The double doors to the restaurant are a highlight – their insides and outsides, as well as a frieze-like panel above, are feature beaten metal bas reliefs illustrating a mediaeval feast. Slightly naïve in style, they are nevertheless utterly charming. Inside, the serving area is backed by a delightful metalwork screen on an appropriately nautical theme.

    The foyer of the function hall has many more of the chandeliers, as well as sconces in a matching style. An attractive staircase flanked with deep, padded leather side rails leads down to the lower level of the podium.

    Unexpectedly, the guest rooms also show elements of this original scheme. The crystalline light fitting over the full-length mirror, built-in wardrobes with recessed handle, bedside radio controls and hardwood window frames with bronze handles all recall the early 1970s in winning fashion.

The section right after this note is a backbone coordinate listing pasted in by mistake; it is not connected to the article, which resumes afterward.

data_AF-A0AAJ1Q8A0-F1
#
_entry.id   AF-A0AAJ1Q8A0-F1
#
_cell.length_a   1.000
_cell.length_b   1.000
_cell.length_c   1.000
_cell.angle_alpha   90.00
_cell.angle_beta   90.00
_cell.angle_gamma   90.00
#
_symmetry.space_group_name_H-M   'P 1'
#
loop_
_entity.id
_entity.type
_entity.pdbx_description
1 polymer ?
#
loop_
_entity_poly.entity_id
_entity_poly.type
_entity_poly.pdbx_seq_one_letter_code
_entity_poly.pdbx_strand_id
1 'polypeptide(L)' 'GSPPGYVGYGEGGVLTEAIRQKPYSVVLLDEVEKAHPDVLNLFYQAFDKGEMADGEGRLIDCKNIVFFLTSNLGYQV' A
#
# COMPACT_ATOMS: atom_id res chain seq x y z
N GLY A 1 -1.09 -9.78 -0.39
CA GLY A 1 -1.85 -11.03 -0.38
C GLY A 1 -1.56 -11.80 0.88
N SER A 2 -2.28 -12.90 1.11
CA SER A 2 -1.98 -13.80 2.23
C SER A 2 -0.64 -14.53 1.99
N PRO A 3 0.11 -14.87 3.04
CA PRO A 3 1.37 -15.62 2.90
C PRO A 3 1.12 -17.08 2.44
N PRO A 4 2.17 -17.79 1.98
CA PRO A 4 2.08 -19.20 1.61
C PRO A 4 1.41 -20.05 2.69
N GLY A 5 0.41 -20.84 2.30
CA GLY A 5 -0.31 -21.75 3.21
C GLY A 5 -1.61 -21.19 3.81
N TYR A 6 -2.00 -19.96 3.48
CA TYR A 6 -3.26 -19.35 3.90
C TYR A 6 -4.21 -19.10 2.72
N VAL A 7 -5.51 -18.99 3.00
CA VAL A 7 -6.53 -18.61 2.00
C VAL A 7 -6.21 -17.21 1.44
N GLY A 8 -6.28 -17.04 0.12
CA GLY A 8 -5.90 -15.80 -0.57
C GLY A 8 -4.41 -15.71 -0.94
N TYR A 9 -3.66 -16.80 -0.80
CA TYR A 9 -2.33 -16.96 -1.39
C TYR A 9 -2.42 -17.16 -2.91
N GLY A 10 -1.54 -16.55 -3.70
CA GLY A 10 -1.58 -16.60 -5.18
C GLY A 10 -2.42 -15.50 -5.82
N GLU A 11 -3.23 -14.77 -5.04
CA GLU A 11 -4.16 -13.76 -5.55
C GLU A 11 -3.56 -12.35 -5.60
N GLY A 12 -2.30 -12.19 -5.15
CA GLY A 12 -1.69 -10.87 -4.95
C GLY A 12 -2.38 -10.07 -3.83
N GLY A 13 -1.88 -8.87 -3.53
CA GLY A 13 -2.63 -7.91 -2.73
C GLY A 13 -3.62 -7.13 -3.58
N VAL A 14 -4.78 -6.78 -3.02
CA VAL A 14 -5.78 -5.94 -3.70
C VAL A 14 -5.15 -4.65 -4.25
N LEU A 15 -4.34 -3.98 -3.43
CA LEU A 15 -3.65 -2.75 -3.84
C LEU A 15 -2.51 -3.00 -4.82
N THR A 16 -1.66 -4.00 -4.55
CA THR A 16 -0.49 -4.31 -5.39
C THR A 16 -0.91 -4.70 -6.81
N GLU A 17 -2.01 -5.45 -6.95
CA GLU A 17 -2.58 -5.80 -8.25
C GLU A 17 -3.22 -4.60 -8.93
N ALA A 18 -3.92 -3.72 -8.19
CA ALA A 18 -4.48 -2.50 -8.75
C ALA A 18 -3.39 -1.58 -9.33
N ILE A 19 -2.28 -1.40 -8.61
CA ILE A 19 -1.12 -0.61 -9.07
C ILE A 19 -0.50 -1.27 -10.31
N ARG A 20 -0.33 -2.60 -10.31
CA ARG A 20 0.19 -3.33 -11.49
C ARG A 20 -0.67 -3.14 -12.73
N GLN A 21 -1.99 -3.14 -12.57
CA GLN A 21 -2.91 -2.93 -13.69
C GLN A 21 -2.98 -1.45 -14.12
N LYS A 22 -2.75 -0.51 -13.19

That this hotel has not succumbed to the latest trend is not entirely a surprise. Even today, as new apartment blocks are carved out of the ground across the water, Travemünde is an old fashioned kind of place and a popular retirement destination. Perhaps it is fitting, then, that some of the more positive aspects of that time many decades ago are still with us.

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Chris Rogers writer on architecture and visual culture

Click blog images to expand; pre-Sept 2011 posts here

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Chris is one of more than a dozen specialists whose essays fill this fresh examination of the charms of Paris, which is edited by John Flower. Looking at the French capital's history, culture and districts, each item can be read in just half a minute and is beautifully illustrated with its own full-colour, collage-style spread.

The Ivy Press, 2018

Hardback, 160 pages | ISBN 9781782405443

£14.99